Cloves– one of the only known sources to kill parasite and worm eggs on the planet. Adding cloves to your black walnut tincture adds a clovesdouble punch to get rid of internal parasites. Now if you live in Canada like I do, you won’t be able to grow cloves in your backyard as this plant grows best in tropical conditions, like those regions surrounding the Indian Ocean. The clove tree is native to the Molucca Islands of Indonesia.

wormwoodWormwood– is a part of the daisy family. Other common names for wormwood include mugwort, artemisia, and sagebrush.

Wormwood is the key ingredient in the famous European beverage Absinthe, and while yes you can grow this in your backyard it is considered a weed to most and can easily be foraged if you know what you are looking for.You can usually smell the plant before you see it and it can cause skin irritation if you are handling it. Wormwood is a perennial plant and it flowers every year. It grows between 30 to 90 cm tall and has small, yellowish flower heads.

It has powerful effects on both mind and body, wormwood has been valued as a medicinal plant since at least 1600 B.C. It has been used throughout history as an antiseptic,  stimulant, tonic, and as a remedy for fevers and menstrual pains.  It has been used to exterminate tapeworm infestations while leaving the human host unharmed.

This herb has been found to cause nerve depression, dermatitis, convulsions, infertility and renal failure if used habitually. You will need to take caution when using this herb.

3 Natural Antibiotics that you can grow in your Vibrant garden!

I don’t know about you but I find it is scary knowing that there are antibiotic resistant super bugs out there. Today i am going to look at what kind of natural antibiotics we can use to help us when we are sick. After all, as Hippocrates said,  “let food be thy medicine and medicine be thy food.”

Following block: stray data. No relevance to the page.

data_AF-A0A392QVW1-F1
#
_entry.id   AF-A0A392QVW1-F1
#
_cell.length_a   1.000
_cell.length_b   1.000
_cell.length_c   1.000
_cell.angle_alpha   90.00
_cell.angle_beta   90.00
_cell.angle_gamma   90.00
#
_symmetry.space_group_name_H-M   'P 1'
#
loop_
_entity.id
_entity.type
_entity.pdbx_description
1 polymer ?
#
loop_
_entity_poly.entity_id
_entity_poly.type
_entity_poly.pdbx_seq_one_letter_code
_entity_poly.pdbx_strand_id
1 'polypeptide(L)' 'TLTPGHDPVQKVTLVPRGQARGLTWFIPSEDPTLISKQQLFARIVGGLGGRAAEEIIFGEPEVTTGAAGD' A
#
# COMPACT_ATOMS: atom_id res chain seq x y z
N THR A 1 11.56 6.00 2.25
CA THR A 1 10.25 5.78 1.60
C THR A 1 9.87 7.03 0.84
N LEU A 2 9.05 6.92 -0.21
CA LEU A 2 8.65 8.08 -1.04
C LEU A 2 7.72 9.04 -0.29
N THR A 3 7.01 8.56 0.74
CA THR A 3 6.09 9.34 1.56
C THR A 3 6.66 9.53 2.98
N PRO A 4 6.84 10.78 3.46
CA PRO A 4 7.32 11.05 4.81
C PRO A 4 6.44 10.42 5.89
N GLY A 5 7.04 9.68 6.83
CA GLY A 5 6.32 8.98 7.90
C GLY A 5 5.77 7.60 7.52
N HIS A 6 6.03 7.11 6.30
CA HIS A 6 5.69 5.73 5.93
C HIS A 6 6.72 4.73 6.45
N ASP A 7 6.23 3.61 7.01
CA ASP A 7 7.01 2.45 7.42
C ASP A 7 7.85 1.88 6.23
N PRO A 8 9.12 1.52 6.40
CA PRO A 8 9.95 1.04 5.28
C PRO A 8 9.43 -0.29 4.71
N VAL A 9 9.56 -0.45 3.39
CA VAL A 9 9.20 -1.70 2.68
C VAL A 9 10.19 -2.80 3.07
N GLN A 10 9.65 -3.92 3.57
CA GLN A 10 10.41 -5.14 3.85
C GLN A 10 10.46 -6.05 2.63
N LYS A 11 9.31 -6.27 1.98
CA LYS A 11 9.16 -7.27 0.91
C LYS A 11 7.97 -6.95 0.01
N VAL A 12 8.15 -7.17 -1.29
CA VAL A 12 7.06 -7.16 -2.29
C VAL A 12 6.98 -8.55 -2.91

GarlicGarlic

Even though garlic is such small vegetable, it packs a huge punch when it comes to antibiotic properties. Garlic also transforms meals into a aromatic, bold and healthy experiences. I have even eaten garlic in ice cream… and it was delicious!

Garlic is a “bulb,” it is a couple of inches in height and diameter and has numerous small separate cloves. You can plant garlic cloves in the fall and cover with straw and it will come up in the spring, it will spiral around and produce beautiful scapes that garlic-scapescan be eaten just like the garlic itself.

When garlic is crushed, chewed or chopped it allows the sulfur containing compounds to mix and create a new compound called allicin. Allicin is very valuable in terms of health benefits. It has been associated with having antibacterial and anticancer properties, along with cardiovascular benefits.

Crushing the garlic and allowing it to sit for 5 – 10 minutes will allow the compounds to interact and create the valuable allicin.

You can purchase dried, powdered and fresh garlic in markets throughout the year, however, fresh is best! And if you are growing it yourself, bundling it and hanging it in a cool spot, it will keep for the year until your new crop sprouts up in the spring!

Echinacea_Prairie_SplendorEchinacea

This is a popular wildflower and garden plant, the purple coneflower as it is also known as, is also a popular herbal products. It has been used to prevent and treat the colds,  influenza and infections. Echinacea is one of the most researched of immunostimulants.

It was also one of the most popular herbs used by Native American Indians. They used Echinacea for coughs, colds, sore throats, infections, inflammations, tonsillitis and toothaches just to name a few.

Some people can experience an allergic reaction to echinacea if they are already allergic to ragweed, chrysanthemums, marigolds or any other members of the daisy family.   

You can also grow this in your vibrant garden and harvest it to make teas, tinctures and compresses.

 

Oregano_02Oregano and the oil of oregano

Oregano… not just a spice for tomato sauce and pizza. This versatile herb has long been used as a medicine as well.

It has been used for respiratory disorders like coughs, asthma and bronchitis. It has also been used to treat gastrointestinal disorders like heartburn and bloating. Other uses include treating menstrual cramps, urinary tract infections and headaches.

Amazing right? Well that is not all!

Oil of oregano is a staple in my medicine cabinet. It is known to be taken orally for parasites, allergies, sinus pain colds and flu. Just a few drops under your tongue is usually enough to do the trick.